Editorial: Redefining the college experience


For many, the image of college is one of four years, eight consecutive semesters on campus and sticking to a major picked at the age of 18. We believe we’re expected to have our lives figured out at such an early age and stick to the plan because of pressure from parents, the perceptions we’re given about how our college experience should look and the financial stress to make it out of college in four years.

However, these perceptions are extremely misleading. According to NBC News, 80 percent of college-bound students haven’t decided their major. Further, 50 percent of students end up changing their major. Forty percent of students on a four-year college program track will not have earned their degree in six years.

The New York Times reported only 19 percent of full-time students earn a bachelor’s degree in four years at public universities. At selective, research-intensive institutions, only 36 percent of full-time students acquired their bachelor’s degree in four years. Graduating in more than four years has become so common that education policy experts are now using six years as the benchmark for students to obtain a bachelor’s degree, and three years to earn an associate degree.

We believe there is a stigma surrounding students who do not graduate in four years. But not graduating “on time” isn’t a matter of capability. However, given the statistical reality, why is it so negative for someone to change his or her major? Why should someone be looked at in disbelief because they take a semester or year off to figure out their identity, go abroad or participate in a co-op?

It’s not necessary for us to have it all figured out when we enter college. Although some people do, it may take more time for others. The college experience doesn’t have to be a rigid, unchangeable four-year experience. A student may have come to Lehigh because it’s an accredited business school, but then discovers a year into college that they have a passion for the arts and would be much happier doing that instead. The college process is flexible, so why not take advantage of it? By doing this, we’re allowing what’s best for us in the long run. Because what’s the point in paying tuition to attend Lehigh if you aren’t majoring in something that makes you happy?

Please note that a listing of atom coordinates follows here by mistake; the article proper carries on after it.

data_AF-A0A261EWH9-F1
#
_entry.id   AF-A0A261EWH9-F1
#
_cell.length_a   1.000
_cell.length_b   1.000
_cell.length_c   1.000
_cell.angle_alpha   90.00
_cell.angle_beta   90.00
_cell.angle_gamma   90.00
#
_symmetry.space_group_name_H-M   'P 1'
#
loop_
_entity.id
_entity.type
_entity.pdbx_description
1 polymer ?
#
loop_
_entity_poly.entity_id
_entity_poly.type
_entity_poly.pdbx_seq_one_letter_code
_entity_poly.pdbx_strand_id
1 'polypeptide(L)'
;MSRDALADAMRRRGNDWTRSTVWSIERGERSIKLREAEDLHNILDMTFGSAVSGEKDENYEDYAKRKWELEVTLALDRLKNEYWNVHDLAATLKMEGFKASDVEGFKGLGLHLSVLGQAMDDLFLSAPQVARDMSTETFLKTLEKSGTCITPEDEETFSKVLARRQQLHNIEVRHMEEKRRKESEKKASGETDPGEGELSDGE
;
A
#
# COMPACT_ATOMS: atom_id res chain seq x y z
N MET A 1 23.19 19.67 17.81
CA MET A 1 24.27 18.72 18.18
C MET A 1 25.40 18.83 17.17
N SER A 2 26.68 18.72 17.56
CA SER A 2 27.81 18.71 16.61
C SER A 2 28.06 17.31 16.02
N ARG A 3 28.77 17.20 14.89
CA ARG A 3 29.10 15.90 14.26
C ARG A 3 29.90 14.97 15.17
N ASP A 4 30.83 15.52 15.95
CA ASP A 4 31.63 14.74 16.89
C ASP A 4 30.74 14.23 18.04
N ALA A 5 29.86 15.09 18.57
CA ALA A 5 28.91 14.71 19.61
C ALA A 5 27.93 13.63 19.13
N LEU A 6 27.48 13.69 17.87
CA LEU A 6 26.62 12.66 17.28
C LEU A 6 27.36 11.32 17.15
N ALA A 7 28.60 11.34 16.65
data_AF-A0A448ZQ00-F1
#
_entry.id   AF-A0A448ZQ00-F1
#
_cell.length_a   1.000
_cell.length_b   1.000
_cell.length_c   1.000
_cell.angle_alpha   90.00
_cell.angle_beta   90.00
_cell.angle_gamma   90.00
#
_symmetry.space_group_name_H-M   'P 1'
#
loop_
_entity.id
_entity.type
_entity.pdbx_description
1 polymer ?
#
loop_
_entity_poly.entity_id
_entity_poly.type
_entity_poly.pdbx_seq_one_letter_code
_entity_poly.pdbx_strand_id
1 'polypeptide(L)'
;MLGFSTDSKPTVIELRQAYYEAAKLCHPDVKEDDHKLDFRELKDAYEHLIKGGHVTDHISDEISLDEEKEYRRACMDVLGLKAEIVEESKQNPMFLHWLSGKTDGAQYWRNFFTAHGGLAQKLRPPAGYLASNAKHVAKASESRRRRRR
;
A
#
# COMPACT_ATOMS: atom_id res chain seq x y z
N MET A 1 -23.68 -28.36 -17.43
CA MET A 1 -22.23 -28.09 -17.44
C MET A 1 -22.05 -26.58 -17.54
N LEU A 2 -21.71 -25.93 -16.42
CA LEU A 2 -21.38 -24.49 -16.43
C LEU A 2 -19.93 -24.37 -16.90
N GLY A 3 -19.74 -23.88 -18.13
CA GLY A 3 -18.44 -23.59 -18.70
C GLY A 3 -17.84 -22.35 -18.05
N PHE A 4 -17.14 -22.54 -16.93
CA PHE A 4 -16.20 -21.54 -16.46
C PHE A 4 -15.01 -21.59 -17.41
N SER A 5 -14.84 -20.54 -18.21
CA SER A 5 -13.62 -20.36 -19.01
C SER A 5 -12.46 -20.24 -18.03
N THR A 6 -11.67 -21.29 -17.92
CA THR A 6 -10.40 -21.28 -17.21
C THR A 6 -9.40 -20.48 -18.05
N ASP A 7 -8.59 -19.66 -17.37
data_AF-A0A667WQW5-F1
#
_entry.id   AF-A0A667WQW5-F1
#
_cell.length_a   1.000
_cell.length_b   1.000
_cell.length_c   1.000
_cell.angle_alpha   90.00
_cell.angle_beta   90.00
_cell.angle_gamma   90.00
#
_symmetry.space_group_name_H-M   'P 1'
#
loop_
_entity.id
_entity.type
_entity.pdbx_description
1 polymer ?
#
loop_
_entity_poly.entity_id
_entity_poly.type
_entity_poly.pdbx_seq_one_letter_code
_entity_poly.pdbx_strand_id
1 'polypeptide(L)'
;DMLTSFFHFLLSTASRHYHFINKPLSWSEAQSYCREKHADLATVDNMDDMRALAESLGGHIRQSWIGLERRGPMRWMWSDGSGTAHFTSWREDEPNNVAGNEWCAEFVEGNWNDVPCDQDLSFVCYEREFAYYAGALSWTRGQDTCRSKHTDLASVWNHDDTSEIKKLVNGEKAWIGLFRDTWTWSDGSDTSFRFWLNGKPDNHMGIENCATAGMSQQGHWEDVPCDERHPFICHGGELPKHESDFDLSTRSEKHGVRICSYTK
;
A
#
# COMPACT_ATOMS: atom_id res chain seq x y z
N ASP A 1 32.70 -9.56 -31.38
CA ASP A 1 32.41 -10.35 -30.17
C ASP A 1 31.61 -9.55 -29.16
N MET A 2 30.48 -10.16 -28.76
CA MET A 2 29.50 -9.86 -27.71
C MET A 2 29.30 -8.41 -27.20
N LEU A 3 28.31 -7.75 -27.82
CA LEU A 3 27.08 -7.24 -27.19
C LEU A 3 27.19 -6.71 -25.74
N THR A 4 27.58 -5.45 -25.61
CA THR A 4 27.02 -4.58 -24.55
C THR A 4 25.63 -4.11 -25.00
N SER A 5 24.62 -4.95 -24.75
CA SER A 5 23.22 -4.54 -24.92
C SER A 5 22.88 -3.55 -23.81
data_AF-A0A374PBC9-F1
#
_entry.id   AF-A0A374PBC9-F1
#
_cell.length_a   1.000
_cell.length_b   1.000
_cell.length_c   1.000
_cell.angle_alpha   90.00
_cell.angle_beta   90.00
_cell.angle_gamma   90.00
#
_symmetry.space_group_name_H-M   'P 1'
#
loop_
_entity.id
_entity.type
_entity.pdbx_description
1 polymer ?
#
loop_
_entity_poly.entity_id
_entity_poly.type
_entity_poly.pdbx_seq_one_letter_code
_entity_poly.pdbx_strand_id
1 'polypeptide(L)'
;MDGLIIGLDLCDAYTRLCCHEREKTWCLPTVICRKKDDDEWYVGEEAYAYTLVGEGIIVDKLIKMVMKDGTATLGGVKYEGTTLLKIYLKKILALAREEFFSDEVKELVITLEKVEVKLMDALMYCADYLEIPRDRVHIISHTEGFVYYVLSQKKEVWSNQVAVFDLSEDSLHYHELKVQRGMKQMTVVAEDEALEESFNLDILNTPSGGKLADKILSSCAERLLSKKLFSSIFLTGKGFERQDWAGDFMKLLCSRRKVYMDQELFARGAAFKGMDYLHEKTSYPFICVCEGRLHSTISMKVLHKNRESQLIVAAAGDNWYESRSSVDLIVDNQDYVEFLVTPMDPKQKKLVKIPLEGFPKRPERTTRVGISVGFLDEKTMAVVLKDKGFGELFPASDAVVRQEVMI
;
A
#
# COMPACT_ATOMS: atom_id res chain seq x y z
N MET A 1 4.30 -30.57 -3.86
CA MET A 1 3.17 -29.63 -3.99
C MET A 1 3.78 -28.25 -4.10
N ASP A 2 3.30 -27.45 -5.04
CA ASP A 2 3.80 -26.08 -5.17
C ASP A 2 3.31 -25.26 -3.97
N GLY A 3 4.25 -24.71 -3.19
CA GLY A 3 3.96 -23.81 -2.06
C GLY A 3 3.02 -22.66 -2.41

Although some people may believe our college experiences need to happen on-campus, it’s possible that some of the best experiences may not even happen at Lehigh. There may be a point where you’re studying abroad in Spain, looking at pictures of your peers at the 150th Lehigh-Lafayette game and start to experience serious fear of missing out.

But even though going abroad, co-oping or taking a semester off may cause us to miss out on some Lehigh experiences we think we’re suppose to have, we may look back and realize that the experiences we had away from campus were just as, if not more, rewarding. Part of being in college is taking advantage of its many opportunities. Even though Lehigh is a relatively small institution, we have the chance to apply for programs like the Lee Iacocca Internship or the Global Citizenship program – both programs that help subsidize a student going abroad. Applying for these programs, or one of the many other diverse programs Lehigh offers students the chance branch out and make the most out of our experience.

It’s not necessary to force our college experience to fit any kind of mold. The experience is ours. Sometimes students take a year off to figure things out, work on themselves, or have an internship or job. That extra year or alternative learning experience may be what they need, and students shouldn’t be afraid to stray from what they need. It’s import to recognize our limits, opportunities, learning styles and needed breaks, and to act upon what’s best for us.

With the growing numbers of students changing majors or not graduating in four years, it shows college expectations aren’t all that defined. When we finally do walk across the stage at graduation with our diploma in hand, it won’t matter how long it took us, where or when we earned our degrees. What will matter is that we made it.

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